Fremont officials received an encouraging report Wednesday from a national education and research group as the city moves toward transforming an area near the future Warm Springs-South Fremont BART station into a 21st century workplace.
Representatives from the Urban Land Institute said the city faces challenges but has "tremendous assets" from which to build.
"You've got such a great potential here, and the market is ready for it," said Victor Karen, chairman of the ULI advisory panel and principal of Citybuilding Enterprises in Boston. "The economy, in some areas, it's on the upswing. Development is all about timing."
The analysis is another step in the process as the city puts together the Warm Springs Community Plan, which is expected to be complete next spring.
ULI's panel spent this week analyzing the 850-acre Warm Springs/South Fremont area surrounding the Tesla factory, focusing on mixed-use, transit-oriented development and job centers.
The nonprofit group encouraged the city to "strike while the iron is hot," dividing the potential development into phases, beginning with 5,000 square feet of retail space just east of the BART station scheduled to open in 2015.
The panel believes the city should be flexible throughout the process, given the unpredictability of the market, but had many suggestions for the project, including construction of an "iconic bridge" at the BART station to give the area a signature identity.
Among the panel's list of potential civic uses: a food emporium/farmer's market, innovation center, public art gallery and a hotel.
The panel concluded that the city's strengths include its climate, location and access to freeways and BART, and community demographics.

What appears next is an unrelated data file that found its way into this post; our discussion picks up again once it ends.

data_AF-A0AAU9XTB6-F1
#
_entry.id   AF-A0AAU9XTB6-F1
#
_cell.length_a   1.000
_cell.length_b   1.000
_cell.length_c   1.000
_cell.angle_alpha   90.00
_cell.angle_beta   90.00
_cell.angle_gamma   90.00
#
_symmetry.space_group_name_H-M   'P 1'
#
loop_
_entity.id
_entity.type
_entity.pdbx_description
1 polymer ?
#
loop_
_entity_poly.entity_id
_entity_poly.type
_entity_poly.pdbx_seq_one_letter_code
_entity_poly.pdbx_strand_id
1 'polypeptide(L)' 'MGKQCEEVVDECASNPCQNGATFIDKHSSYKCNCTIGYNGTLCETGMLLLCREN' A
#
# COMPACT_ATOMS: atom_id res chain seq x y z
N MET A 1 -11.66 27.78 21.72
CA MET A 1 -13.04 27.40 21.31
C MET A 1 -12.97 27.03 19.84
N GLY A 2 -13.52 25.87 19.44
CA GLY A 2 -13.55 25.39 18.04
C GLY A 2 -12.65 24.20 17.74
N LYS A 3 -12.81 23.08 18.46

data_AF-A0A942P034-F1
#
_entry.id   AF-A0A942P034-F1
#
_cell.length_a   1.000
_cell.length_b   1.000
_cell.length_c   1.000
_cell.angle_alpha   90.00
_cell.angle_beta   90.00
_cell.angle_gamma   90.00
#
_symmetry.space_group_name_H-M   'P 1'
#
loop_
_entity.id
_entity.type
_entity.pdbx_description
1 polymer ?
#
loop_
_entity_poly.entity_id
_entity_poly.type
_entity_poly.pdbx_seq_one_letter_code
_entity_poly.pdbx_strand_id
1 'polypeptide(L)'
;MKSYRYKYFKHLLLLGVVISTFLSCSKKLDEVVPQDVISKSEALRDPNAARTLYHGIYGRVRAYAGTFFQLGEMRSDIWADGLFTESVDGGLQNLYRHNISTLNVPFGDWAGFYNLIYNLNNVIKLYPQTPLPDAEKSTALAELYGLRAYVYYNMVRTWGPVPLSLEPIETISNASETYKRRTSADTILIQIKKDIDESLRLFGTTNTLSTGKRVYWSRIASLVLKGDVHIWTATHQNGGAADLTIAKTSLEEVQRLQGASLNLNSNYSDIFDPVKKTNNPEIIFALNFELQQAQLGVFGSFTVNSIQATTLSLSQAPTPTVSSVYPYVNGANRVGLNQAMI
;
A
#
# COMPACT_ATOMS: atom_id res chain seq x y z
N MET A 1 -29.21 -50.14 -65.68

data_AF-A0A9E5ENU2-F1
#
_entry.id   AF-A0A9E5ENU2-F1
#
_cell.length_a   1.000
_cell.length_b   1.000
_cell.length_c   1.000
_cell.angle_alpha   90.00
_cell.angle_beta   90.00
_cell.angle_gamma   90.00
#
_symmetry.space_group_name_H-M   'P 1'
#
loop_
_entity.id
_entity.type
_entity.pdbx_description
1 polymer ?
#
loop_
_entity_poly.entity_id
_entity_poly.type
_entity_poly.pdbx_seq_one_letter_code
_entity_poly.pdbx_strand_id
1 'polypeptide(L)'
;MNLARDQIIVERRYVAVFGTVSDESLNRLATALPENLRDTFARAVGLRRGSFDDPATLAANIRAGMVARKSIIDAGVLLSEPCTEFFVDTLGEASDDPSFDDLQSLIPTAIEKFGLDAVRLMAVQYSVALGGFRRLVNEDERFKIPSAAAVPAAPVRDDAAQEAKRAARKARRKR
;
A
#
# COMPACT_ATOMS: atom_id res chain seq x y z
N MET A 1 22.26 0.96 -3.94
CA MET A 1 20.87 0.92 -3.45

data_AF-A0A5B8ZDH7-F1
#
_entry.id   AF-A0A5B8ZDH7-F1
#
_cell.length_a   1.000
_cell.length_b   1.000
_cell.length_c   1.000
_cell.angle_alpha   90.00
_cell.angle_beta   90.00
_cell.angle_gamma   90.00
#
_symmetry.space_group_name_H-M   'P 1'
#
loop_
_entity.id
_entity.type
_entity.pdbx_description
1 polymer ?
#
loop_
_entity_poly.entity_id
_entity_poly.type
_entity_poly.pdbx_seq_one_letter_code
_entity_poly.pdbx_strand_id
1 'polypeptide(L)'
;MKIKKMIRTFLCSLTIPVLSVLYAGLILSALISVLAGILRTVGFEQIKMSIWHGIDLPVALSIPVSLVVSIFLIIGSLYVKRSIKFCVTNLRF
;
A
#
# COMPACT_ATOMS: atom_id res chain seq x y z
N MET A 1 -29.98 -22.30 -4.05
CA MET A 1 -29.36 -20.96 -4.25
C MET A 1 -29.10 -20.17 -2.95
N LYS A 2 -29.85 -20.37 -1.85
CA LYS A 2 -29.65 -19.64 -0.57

"Your residents speak 137 different languages. That's amazing," Karen said.
It also noted Fremont's "first-class" schools, its strong business sector and its abundance of underdeveloped land available for a business park, noting that it's more than any other city in the region.
When the nearly two-hour presentation ended, city officials liked what they heard.
"I think a lot of it we knew, but it's always nice to be reinforced, especially by a group like this," Councilman Bill Harrison said. "I think just having that outside set of eyes, verifying the possibilities of the jewel that Warm Springs is, is a tremendous asset for it."
The panel estimates that it will cost approximately $55 million in improvements between now and 2020 to facilitate its vision for the land. The development is projected to create more than 13,000 jobs and 3,800 housing units.
Asked about financing for the plan, Karen said, "Basically it would be some kind of city bonding against the future stream of revenues. That essentially is the concept."
Harrison is ready to move forward.
"We need to get started yesterday," he said. "The city has been working on this for several years."